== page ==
Even though the new Ostpolitik and the CSCE had established a political modus vivendi with the Warsaw Pact states, the strategically important ques- tion of nuclear weapons and disarmament were not part of the CSCE agenda. As Readman has argued, the CSCE had little effect on hard security in Eu- rope because the Strategic Arms Limitation Talks (SALT) excluded non- strategic nuclear weapons and the Mutual and Balanced Force Reduction talks (MBFR) did not concern nuclear weapons at all and were making hardly any progress.231 After the CSCE, the Soviet Union began replacing its old nu-
clear weapons systems with new SS-20 mid-range nuclear missiles. The pur- pose of these missiles was to pose a direct threat to European NATO mem- bers by enabling a massive first strike capability, which would make the US nuclear shield obsolete. This threat was considered a severe blow to the poli- tics of détente but also for the security of Western Europe. German Chancel- lor Helmut Schmidt (SPD) was the first European leader to raise concerns about the Soviet rearmament and argued for the importance of NATO re- armament in the area of mid-range nuclear missiles. This was a necessary evil in order to save the détente.232 Schmidt was very vocal in his criticism
towards Russian deployment plans and made several unsuccessful diplomat- ic attempts to deter Russians from further nuclear deployments in Europe. After the US had decided to deploy the neutron bomb in 1978, the negotia- tions over a NATO response quickly followed. The NATO members agreed at Guadeloupe in 1979 that they would adopt a double-track strategy: firstly, they would demand that the Russians withdraw from the SS-20 deployment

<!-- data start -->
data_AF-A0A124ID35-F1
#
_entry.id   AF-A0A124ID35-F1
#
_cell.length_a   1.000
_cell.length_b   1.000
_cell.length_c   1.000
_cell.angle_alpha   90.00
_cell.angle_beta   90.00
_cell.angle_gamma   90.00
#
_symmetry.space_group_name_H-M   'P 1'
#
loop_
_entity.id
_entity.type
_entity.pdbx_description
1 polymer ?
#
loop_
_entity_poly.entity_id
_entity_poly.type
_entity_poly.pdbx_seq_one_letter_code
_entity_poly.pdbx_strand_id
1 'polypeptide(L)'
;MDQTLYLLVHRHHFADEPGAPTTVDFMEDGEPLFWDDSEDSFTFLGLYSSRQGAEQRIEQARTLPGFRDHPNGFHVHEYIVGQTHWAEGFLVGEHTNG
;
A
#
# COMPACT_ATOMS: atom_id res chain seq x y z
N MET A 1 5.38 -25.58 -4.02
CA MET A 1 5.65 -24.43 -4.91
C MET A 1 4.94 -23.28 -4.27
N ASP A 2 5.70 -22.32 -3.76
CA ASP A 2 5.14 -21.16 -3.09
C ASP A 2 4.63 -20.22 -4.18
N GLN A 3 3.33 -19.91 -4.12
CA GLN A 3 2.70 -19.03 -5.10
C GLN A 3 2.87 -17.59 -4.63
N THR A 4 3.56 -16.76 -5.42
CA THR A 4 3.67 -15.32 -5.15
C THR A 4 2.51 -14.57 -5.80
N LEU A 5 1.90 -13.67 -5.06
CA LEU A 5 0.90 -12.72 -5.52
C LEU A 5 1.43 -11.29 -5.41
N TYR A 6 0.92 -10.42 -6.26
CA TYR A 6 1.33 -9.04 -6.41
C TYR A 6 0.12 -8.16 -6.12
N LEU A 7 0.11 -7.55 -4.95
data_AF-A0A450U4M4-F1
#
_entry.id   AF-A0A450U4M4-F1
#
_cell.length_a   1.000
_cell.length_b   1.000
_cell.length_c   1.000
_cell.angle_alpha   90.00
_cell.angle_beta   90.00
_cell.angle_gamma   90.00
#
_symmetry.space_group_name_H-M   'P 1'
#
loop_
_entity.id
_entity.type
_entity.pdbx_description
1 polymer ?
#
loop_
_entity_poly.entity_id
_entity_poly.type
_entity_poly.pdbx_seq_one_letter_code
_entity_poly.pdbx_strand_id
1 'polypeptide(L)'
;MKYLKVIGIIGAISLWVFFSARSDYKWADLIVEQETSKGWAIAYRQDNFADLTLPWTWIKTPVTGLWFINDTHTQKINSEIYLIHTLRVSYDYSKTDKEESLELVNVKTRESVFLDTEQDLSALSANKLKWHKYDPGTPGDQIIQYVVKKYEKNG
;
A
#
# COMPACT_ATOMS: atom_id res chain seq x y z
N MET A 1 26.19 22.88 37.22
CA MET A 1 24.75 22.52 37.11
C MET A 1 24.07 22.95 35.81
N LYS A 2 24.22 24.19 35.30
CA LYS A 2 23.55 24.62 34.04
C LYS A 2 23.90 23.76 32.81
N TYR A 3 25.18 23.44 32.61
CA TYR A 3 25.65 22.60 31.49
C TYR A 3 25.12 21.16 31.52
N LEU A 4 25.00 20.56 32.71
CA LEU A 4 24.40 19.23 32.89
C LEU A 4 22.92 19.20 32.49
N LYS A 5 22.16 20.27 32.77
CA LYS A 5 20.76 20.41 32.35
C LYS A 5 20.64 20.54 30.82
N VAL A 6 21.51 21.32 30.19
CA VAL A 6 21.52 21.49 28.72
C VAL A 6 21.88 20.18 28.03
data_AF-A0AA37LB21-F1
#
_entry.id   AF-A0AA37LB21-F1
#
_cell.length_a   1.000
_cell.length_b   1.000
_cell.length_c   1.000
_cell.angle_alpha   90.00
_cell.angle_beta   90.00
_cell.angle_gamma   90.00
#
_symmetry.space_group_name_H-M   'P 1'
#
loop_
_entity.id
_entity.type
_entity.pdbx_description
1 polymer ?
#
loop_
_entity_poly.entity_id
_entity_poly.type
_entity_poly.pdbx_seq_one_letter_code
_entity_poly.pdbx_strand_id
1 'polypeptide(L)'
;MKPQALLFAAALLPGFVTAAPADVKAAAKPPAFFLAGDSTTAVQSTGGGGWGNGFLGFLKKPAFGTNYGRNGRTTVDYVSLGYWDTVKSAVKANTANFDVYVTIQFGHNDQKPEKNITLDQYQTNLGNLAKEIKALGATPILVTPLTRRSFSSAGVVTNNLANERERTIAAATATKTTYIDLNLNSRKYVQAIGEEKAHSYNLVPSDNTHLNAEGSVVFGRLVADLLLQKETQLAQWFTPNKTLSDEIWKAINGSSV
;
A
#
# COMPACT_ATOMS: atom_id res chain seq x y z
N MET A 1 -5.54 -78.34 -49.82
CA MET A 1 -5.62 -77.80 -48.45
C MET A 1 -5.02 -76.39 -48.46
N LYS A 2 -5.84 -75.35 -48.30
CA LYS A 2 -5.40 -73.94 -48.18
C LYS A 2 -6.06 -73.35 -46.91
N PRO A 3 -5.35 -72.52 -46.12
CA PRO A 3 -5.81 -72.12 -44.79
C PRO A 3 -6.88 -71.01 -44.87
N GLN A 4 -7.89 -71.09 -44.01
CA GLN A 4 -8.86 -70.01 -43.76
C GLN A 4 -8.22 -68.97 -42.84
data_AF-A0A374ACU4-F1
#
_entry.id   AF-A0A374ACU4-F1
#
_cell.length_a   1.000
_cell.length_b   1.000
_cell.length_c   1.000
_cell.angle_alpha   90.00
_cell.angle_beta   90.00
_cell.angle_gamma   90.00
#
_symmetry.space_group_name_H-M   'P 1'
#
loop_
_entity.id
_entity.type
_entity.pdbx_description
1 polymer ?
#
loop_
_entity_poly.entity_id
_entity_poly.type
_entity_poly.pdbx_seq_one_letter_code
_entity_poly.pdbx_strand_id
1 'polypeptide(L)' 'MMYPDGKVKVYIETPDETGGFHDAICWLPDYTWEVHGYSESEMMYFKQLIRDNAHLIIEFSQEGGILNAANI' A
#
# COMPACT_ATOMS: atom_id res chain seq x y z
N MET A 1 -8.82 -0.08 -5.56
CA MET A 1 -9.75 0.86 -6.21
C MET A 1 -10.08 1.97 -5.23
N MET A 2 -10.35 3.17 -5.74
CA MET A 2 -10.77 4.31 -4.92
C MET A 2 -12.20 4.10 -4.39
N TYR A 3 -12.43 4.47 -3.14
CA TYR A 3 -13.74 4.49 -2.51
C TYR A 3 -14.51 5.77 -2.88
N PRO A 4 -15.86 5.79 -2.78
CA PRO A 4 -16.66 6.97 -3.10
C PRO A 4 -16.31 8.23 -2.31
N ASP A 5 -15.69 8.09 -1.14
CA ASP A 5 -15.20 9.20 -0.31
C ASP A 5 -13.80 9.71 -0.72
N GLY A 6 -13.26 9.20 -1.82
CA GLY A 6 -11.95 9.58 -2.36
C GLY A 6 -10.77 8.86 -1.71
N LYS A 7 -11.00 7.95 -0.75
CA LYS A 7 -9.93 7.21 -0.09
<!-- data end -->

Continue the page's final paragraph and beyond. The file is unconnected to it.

231 Readman, Kristina S. 2011, µConflict and Cooperation in Intra-Alliance Nuclear Politics: Western
Europe, the United States, and the Genesis of NATO's Dual-Track Decision, 1977–1979’, Journal of Cold War Studies, vol. 13, no.2, Spring 2011, p. 45.
232 Unterseher, Lutz 2015, Das Dilemma militärischer Sicherheit. Kritische Berichte aus den Jahr-
and in case the Soviet Union would not budge, NATO would proceed with its own counter nuclear deployment. As Wettig has observed, even though the German government agreed to Jimmy Carter’s plan at Guadeloupe, it did it unwillingly, as Russian refusal to withdraw the missiles would have meant nuclear deployment on German soil, a thing which was politically sensitive and very unpopular in Germany, especially for the governing parties.233